Start Project


Congratulations on receiving research funding! These guidelines are designed to help you efficiently manage your award in compliance with University and sponsor policies and procedures.

As a first step, please verify that the award has been reviewed by Research Administration (RA).  Only the Authorized Organizational Official in Research Administration is authorized to sign agreements, contracts, and grants on behalf of the University of Miami. If you do not know your department's RA’s representative, see our directory, Who is My ORA Contact Person

RA will automatically open a new sponsored account for you when your grant is awarded, provided all proper documentation has been previously submitted to Pre-Award. 

In the absence of an award, an advance account may be opened or extended under guarantee. The Advance Account Form can be used to request opening or extending an account without an award letter.  Please keep in mind that if not awarded, the advance account is liable for expenses charged. 

Below are some guidelines to follow as you start your project: 


The University of Miami has been awarded funding for a project. It is the PI’s responsibility, as well as the research administrator’s, to manage the funds appropriately. 

Read the Award

RA procedure is to send the Principal Investigator (PI) and designated departmental personnel the executed award document. It is expected that the award is read prior to expending funds. This is an important step in maintaining the award. These are some items you should check on: (please note that this is not an exhaustive list)

  • Are there special terms or conditions?
  • Is the award incrementally funded? (e.g., an NIH award subject to SNAP, the Streamlined Non-Competing Award Process)
  • Note any deliverables (reports, products) that PI is responsible for.
  • Are there budget reductions? 
  • Compare the awarded budget to the final proposed budget. Can the work be performed with the reduction in budget? 
  • Will the scope of work need to be reduced? When revising your budget, if the project contains a subawardee, consider reducing the subawardee’s budget, also.
  • Note cost-share requirements (see Cost-Share section below).

A new budget must be submitted to RA that matches the awarded budget. Contact RA if there are major discrepancies.  

Salary Cap

The Department of Health and Human Services (DHHS) restricts the amount of direct salary of an individual under an NIH grant or cooperative agreement or applicable contract to Executive Level II of the Federal Executive Pay scale. Please see the salary cap summary and the time frames associated with existing salary caps.  An individual’s base salary, per se, is NOT constrained by the legislative provision for a limitation of salary. The rate limitation only limits the amount that may be awarded and charged to NIH grants and contracts. An institution must pay an individual’s salary amount in excess of the salary cap with non-sponsored funds. The amount of funding above the salary cap must be coded as cost-share in order to demonstrate compliance with the cap.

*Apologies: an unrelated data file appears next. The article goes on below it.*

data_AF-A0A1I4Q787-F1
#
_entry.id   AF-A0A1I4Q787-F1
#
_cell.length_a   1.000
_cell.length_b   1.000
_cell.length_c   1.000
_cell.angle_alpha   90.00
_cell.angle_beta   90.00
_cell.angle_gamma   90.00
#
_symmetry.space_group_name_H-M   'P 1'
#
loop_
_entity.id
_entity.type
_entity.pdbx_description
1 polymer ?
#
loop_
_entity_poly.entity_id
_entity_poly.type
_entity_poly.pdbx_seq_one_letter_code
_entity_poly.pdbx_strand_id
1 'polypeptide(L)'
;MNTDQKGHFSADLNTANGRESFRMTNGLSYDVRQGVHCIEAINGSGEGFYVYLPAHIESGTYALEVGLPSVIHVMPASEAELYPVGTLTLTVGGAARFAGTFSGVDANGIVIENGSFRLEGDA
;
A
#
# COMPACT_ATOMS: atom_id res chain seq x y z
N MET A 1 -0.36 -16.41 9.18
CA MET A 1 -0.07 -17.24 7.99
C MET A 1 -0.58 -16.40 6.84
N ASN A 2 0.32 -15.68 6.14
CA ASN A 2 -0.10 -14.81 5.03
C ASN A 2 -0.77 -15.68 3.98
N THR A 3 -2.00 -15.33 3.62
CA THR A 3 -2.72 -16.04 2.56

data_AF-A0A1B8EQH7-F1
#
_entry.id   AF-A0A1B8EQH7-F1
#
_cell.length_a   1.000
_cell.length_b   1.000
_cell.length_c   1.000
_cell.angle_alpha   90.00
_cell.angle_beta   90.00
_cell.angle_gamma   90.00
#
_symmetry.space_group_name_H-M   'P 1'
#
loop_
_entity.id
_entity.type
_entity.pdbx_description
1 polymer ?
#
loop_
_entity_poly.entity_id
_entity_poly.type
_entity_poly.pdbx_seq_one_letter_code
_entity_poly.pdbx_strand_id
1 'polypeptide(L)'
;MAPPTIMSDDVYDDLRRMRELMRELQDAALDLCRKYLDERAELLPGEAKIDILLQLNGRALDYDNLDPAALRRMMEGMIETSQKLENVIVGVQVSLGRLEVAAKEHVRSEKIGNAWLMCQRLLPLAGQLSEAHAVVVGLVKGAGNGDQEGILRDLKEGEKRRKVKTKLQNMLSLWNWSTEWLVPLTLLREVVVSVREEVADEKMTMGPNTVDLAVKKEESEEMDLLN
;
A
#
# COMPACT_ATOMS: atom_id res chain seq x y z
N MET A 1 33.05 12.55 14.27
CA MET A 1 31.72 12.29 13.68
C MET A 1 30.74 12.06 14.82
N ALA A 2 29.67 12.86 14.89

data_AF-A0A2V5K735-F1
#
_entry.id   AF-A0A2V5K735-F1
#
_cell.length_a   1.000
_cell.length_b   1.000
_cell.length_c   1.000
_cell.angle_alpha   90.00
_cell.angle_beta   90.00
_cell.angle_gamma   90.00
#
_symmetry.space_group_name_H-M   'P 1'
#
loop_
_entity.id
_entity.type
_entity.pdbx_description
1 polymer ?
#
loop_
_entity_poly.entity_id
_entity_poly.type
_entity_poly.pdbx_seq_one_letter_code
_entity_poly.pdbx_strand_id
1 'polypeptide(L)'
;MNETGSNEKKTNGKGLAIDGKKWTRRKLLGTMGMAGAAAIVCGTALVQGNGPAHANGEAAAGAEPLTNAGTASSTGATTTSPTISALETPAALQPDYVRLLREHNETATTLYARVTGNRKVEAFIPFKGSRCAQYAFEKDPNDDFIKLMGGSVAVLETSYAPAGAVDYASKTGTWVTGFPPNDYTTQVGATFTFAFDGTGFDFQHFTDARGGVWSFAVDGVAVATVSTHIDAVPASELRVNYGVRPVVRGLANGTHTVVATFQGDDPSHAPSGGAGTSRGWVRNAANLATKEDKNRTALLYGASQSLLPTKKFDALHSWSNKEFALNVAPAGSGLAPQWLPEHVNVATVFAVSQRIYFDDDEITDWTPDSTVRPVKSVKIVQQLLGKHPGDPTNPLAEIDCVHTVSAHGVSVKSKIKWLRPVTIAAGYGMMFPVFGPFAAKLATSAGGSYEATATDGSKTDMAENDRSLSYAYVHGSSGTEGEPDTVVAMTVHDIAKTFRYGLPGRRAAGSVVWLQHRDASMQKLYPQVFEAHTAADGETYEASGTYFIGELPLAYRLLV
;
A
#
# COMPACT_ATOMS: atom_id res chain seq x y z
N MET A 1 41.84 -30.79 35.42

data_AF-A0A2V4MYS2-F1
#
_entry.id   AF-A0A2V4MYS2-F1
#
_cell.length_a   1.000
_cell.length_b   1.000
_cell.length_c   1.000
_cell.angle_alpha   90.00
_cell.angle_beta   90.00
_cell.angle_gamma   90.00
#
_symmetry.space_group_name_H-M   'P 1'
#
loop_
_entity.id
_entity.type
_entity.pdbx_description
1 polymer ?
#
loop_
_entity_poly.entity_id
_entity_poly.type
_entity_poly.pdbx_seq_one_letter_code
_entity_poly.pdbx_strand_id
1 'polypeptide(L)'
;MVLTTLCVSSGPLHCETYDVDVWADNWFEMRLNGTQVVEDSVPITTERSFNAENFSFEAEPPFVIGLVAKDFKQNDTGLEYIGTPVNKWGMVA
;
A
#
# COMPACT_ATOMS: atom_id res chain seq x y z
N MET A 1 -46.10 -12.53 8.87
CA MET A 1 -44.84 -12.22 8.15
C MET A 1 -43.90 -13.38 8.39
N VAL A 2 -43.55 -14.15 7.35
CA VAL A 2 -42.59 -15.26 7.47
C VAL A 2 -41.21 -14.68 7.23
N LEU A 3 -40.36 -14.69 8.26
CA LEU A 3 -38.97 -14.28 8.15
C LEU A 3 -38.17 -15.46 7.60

Cost Share

Cost Share is defined as funds committed for the project that are not budgeted from grant funds. Some examples include equipment, personnel effort, and tuition. If there are cost share commitments in the proposal, it will require a specific grant line in Workday. The specific grant line will permit RA to report on Cost Sharing.

If the cost share is from a third party, contact the source and outline requirements for documentation so that you can report these transactions along with the internal cost share expenses. Specific guidance on cost-sharing in relation to federal grants is in the UG Subpart D.


If personnel are supported on an award, a Costing Allocation must be initiated in Workday to direct charge the award.  In addition to direct charges for personnel, there may be related effort commitments which are tracked as cost-share. Payroll charges are processed by HR and are allocated according to the Costing Allocation in Workday. Presently, whatever is set as the costing allocation on the day that payroll runs is how the entire pay period will be paid.  This becomes an issue especially for grants with start and end dates that are not aligned with the pay period because Workday is not presently configured to calculate partial periods. These calculations must be done using the Costing Allocation Template (See Costing Allocation Template Instructions). Allocations have a direct impact on Effort Certification. It is important to initiate the Costing Allocation in a timely manner to prevent late cost transfers  (See Cost Transfer Policy) and issues with effort reporting (See the Effort Reporting Policy).

Administrative Salaries 

Administrative salaries should normally be treated as indirect costs but at times may be appropriate as direct charges if certain conditions are met (2 CFR 200.413):

  • Integral to a project or activity
  • Individual(s) involved can be specifically identified with the project or activity
  • Costs are included in proposal budget and awarded by sponsor or have prior written approval from sponsor
  • Costs are not also recovered as indirect costs

If administrative salaries were not included in proposal submission and funds awarded by the sponsor, you will need prior approval from the federal or federal flow through sponsor before you allocate administrative salary expenditures to the award. 


When anticipating UM subcontracting to another entity, please follow the processes listed on the Subcontracting to Another Entity page.

Revisions to sponsored project budgets that require sponsor prior approval must be reviewed and approved by Research Administration.  

For more information see the Post-Award page.